INT410 - Windows Memory Management Internals

This seminar provides a intensive, detailed study of the memory manager of current Windows operating systems.
Level: Advanced
Audience: Systems software developers; device driver developers; hardware OEMs.

This seminar describes both the operational principles and implementation details of the executive memory manager in Windows. All significant data structures are described. Typical call trees for common paths through the memory manager code are presented with the aid of the Windows debugger.

Particular attention is given to changes and improvements made in the most recent versions (Windows Vista, Windows Server 2008, Windows 7, and Windows Server 2008 R2).

  • Review of essential principles
    • Processes and address spaces
    • VMMap SysInternals tool
    • Virtual address translation
    • Page faults
    • Setting up the Windows debugger
  • Page fault details
    • Page fault walkthrough
    • Page table entry formats and semantics
    • Other memory access exceptions: Access violations, no-execute
  • Physical memory management
    • Working set list structure
    • Page replacement algorithm
    • Modified and standby page lists
    • Page writer threads
    • Memory priority and standby page list
    • Non-Uniform Memory Access (NUMA) platforms
    • Free and zero page list; zero page thread
    • Balance set manager
    • RamMap SysInternals tool
    • Memory manager synchronization methods
  • Virtual address space definition and backing stores
    • Free, reserved, and committed address space
    • Page files
    • Virtual address descriptors
    • Shared virtual address space; mapped files; sections (file mapping objects)
    • Copy-on-write pages
    • Mapping exe's, dll's, and other code files
    • Prototype Page Table Entries and Control Areas
    • Address Space Layout Randomization
  • User mode issues
    • Image activation
    • Process creation and rundown
    • Side-by-side DLLs
    • User mode heaps
  • File system cache
    • Basics - mapping views
    • File open options
    • Interaction with file system drivers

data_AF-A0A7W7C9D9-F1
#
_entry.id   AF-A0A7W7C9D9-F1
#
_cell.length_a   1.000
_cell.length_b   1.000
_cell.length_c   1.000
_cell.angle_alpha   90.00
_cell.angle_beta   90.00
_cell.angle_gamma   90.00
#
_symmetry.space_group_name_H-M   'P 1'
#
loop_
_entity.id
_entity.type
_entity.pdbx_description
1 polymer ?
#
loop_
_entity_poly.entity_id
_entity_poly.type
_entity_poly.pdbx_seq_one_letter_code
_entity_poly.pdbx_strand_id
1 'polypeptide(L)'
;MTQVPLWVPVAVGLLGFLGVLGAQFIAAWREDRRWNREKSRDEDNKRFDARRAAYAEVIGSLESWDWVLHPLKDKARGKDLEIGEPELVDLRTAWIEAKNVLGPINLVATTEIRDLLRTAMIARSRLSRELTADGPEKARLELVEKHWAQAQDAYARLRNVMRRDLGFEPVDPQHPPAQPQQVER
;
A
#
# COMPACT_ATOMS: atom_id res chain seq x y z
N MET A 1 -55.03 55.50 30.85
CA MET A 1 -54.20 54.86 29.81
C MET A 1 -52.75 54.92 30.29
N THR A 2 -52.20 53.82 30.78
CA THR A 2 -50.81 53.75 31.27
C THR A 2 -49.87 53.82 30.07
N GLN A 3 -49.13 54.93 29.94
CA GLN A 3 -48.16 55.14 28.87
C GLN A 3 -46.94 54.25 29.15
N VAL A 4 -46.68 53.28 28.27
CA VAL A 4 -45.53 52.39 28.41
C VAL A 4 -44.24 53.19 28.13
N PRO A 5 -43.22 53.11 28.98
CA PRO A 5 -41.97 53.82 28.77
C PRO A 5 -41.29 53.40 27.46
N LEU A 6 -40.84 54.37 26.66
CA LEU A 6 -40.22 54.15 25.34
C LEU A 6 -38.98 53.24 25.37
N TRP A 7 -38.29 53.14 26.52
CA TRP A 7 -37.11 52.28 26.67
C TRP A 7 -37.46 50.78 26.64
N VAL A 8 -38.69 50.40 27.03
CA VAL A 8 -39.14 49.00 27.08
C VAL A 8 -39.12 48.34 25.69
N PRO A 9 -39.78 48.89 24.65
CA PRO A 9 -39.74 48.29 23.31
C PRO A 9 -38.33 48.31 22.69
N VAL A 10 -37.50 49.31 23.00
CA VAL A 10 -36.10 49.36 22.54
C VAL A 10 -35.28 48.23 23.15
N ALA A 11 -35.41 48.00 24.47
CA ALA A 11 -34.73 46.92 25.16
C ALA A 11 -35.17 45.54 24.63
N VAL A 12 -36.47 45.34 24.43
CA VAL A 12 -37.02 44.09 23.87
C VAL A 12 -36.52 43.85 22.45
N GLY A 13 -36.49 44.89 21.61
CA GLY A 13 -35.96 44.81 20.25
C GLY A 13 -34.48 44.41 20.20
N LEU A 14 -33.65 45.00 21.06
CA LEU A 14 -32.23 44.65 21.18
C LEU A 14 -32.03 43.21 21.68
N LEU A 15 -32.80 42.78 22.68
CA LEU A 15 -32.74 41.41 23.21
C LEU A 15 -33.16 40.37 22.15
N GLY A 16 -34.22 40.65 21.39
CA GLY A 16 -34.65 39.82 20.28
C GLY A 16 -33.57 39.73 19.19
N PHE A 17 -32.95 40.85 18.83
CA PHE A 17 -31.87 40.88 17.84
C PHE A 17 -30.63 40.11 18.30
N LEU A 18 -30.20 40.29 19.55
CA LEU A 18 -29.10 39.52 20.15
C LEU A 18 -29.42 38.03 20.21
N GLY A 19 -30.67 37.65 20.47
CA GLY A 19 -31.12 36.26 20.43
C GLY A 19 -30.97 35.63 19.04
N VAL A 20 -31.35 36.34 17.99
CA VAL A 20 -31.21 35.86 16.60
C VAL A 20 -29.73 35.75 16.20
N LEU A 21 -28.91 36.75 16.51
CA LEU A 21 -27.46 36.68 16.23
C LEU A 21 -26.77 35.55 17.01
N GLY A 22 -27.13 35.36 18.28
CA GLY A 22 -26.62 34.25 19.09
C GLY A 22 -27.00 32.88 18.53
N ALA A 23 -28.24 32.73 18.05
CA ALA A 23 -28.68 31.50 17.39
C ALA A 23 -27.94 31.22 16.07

• Use of non-virtually-mapped physical pages
    • File placement optimization and prefetch
    • SuperFetch
    • ReadyBoost
  • Platform features and Windows
    • CPU cache, MESI protocols, etc.
    • Address translation buffer
    • LOCKed memory operations
    • x86/x64 MMU capabilities
    • Modern platform architectures (QPI / HyperTransport)
    • Non Uniform Memory Access
    • Code and data in ROM: The ROM page list
    • Physical memory addressing and licensing limits
  • Kernel mode issues
    • Kernel stack basics
    • Kernel stack guard pages, growth, stack switching
    • Dynamic kernel address space allocation
    • System working sets
    • System page table entries
    • Memory manager and hypervisor support
    • The .PhysicalMemory device
    • Non Uniform Memory Access
  • Driver issues
    • DMA under WDM
    • DMA under KMDF
    • Mapping kernel memory to kernel space
    • Mapping kernel memory to user space
  • The very last word on...
    • Physical Address Extension and the "4 GB barrier"
    • The "3 GB barrier"
    • Memory counters and terminology
    • Pagefile size and placement
    • Memory manager fads and fallacies in the name of performance
Prerequisites: INT201, Windows Internals, or INT250, Windows Internals Workshop, or equivalent experience with knowledge of Windows internals.
Operating systems supported: This seminar primarily addresses Windows 7 through Windows 10 and Windows Server 2012 R2. Most of the material is applicable to earlier versions of Windows. Earlier versions can be specifically addressed upon request.
Durations and formats: 4 days with labs
Labs: The lab exercises in this seminar involve use of various Windows and SysInternals tools to explore the operating system and confirm the behaviors described. We will use the Windows debugger to explore various code paths through the memory manager code, in particular the pager. Due to the large amount of detail, this seminar is not offered without labs. Labs are essential to understand and retain the information presented.